Commenting on the resistance of some palliative care practitioners to changes in the law, Dr. Crawley: “Unfortunately, I think their positions may be shaped more by personal opinions and beliefs than by the wishes of our patients and the evidence we have … compelled to speak out against those who portray the entire palliative care community as monolithic opponents of euthanasia would, whereas like me they would probably have taken care of patients who would have wanted this choice. “

Rabbi Dr. Jonathan Romain, chairman of the Religious Alliance for Dignity in Death, spoke of his change of heart on the matter after visiting patients in the hospice who were experiencing intolerable suffering despite high quality care, and said: holy over the torment … life is precious, but we can still help people avoid a terrible death at the end of this precious life. ”He cited the support of many other religious leaders and lay people who support changes in the law“ because of their belief, not in spite of ”including the former Archbishop of Canterbury Lord Carey and Archbishop Emeritus Desmond Tutu.

Dr. Taj Hargey, Imam of the Oxford Islamic Congregation and Director of the Oxford Institute for British Islam, stressed that the teachings of the Quran on suffering and ending one’s own life must be evaluated in the light of modern medical advances, which can often prolong the dying process. He asked, “When a person’s quality of life has deteriorated so badly and has reached a point where it never comes back in terms of endless pain and gratuitous agony, shouldn’t an empowered person have the right to leave this life?” . Dr. Hargey concluded that “from an Islamic point of view, therefore, this voluntary termination of life in these very specific circumstances should be viewed as a self-chosen relief; a personal release from unbearable agony. “

Christine Jardine MP discussed the new euthanasia law introduced by Liam McArthur MSP saying that “there has been a fundamental change in the Scottish Parliament” on the issue of euthanasia and that “there is a feeling that the time has come “. ; that this is the next great liberal reform ”. Ms Jardine added that she was “calmly confident” about the success of the upcoming Holyrood bill, on which a consultation will be launched in early autumn.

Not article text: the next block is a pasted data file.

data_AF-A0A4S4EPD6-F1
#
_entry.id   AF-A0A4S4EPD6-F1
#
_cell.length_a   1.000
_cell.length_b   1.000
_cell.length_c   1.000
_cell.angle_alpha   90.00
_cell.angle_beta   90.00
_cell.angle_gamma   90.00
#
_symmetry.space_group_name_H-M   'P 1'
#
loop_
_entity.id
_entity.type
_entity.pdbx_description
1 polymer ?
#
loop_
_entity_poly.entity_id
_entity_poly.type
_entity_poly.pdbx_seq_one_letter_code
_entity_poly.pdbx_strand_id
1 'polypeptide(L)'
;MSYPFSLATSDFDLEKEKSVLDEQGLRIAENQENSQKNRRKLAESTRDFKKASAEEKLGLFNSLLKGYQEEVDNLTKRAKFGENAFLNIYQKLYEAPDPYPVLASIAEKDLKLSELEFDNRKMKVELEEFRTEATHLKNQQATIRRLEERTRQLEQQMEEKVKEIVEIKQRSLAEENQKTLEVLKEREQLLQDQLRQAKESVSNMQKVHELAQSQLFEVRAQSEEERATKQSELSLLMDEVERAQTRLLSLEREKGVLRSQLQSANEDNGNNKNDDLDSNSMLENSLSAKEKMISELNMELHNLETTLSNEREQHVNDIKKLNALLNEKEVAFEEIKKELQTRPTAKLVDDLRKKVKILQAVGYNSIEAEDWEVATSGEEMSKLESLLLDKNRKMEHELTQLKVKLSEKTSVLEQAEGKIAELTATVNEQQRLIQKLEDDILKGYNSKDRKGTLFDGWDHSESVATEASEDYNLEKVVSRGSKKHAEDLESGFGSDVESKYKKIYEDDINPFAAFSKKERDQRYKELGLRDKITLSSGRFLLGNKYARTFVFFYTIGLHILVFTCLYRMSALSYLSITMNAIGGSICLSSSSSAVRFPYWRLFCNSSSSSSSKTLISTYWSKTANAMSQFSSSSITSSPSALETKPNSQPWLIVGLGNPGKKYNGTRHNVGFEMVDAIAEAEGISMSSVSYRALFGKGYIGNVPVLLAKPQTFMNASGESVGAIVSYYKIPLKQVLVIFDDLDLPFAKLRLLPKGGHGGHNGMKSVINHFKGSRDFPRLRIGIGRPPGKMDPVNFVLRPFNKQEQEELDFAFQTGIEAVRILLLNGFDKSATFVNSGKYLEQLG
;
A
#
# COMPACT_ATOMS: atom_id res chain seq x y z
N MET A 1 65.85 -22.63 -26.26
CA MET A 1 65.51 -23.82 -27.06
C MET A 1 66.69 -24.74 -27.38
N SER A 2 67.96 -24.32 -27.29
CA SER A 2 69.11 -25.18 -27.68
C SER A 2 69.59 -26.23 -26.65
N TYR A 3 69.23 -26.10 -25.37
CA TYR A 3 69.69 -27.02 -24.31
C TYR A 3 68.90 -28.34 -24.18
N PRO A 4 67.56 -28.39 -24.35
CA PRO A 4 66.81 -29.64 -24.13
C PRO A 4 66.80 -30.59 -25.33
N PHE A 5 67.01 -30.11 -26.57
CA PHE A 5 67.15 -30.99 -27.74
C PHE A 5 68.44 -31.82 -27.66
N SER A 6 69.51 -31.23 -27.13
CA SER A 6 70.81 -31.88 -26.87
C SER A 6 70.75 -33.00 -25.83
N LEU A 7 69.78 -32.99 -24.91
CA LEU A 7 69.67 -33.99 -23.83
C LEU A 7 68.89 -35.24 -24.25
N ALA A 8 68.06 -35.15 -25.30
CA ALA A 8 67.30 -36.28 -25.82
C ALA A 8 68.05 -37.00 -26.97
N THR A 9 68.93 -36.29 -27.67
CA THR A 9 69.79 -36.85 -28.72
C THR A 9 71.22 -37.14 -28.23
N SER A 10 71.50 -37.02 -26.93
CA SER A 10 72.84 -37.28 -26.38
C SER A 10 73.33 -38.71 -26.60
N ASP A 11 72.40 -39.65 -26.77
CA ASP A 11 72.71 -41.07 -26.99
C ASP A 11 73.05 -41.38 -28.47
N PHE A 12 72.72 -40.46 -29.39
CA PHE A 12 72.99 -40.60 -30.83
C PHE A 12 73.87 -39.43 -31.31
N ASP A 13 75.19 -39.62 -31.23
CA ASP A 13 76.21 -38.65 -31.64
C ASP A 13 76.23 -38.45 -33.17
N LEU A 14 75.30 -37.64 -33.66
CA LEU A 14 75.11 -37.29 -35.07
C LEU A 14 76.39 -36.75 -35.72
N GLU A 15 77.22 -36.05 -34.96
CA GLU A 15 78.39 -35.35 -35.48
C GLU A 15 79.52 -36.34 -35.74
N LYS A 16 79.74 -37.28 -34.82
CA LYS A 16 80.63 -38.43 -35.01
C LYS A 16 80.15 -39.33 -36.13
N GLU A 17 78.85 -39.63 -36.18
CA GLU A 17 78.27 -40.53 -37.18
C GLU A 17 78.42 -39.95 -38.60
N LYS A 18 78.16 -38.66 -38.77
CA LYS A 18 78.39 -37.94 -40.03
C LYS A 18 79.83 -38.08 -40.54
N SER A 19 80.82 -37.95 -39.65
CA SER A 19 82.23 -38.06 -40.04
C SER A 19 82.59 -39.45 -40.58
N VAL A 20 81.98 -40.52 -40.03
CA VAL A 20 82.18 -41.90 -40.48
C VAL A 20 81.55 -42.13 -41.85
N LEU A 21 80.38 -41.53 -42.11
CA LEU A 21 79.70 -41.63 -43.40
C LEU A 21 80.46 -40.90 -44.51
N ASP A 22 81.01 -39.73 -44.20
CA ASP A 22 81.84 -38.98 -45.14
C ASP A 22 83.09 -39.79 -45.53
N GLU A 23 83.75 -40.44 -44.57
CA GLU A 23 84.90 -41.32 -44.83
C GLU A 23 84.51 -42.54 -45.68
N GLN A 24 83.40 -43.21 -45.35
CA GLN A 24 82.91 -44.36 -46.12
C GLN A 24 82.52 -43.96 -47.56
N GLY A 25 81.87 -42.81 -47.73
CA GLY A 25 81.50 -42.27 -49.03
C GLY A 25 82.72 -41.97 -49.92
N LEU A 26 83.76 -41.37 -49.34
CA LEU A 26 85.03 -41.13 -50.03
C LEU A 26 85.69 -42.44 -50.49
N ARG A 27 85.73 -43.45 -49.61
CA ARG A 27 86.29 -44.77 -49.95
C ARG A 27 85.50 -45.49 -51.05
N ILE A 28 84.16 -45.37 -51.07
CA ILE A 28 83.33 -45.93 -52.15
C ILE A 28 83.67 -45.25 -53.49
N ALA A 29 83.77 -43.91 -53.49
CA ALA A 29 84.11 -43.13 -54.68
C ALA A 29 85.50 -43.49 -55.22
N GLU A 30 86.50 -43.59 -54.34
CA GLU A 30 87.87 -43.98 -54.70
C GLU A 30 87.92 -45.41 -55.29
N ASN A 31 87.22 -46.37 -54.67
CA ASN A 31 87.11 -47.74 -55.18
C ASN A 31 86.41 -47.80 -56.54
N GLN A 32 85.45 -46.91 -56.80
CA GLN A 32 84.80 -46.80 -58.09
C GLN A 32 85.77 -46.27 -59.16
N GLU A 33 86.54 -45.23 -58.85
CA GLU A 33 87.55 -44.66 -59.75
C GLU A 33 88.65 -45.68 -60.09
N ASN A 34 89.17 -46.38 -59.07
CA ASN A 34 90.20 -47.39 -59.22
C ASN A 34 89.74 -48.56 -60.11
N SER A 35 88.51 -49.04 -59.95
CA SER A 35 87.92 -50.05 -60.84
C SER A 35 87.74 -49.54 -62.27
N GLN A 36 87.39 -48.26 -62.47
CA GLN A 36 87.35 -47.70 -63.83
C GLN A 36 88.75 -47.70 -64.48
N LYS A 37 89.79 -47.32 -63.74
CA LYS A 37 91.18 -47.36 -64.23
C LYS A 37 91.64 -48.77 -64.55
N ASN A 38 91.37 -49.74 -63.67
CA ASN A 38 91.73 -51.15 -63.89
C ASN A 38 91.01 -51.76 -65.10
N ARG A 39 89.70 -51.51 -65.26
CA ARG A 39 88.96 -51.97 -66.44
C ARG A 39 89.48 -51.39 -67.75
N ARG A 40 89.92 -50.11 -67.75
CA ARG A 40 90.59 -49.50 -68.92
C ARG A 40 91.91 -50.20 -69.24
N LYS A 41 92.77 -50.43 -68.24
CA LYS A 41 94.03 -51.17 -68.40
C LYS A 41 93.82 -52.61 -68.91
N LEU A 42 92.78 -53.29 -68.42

Sarah Wootton, chief executive of Dignity in Dying, said“Today’s speakers reflect views shared by many in their respective areas such as disability rights, palliative care and belief – that more choice and control are urgently needed for the dying and benefit society as a whole, and that rights for the terminally ill go hand in hand with the rights of disabled people, with improving end-of-life care as a whole, and with respect for religious values ​​and beliefs.

“With euthanasia debates going on in the House of Lords, Scotland and Jersey by the end of this year, it is clear that a momentum for change is building here and around the world. Parliamentarians in every corner of the British Isles have a duty to recognize the strong support across society and to examine the growing evidence showing that current options are simply not enough for people who are dying or their families. It is time we joined the growing number of states and nations with safe, compassionate euthanasia laws. “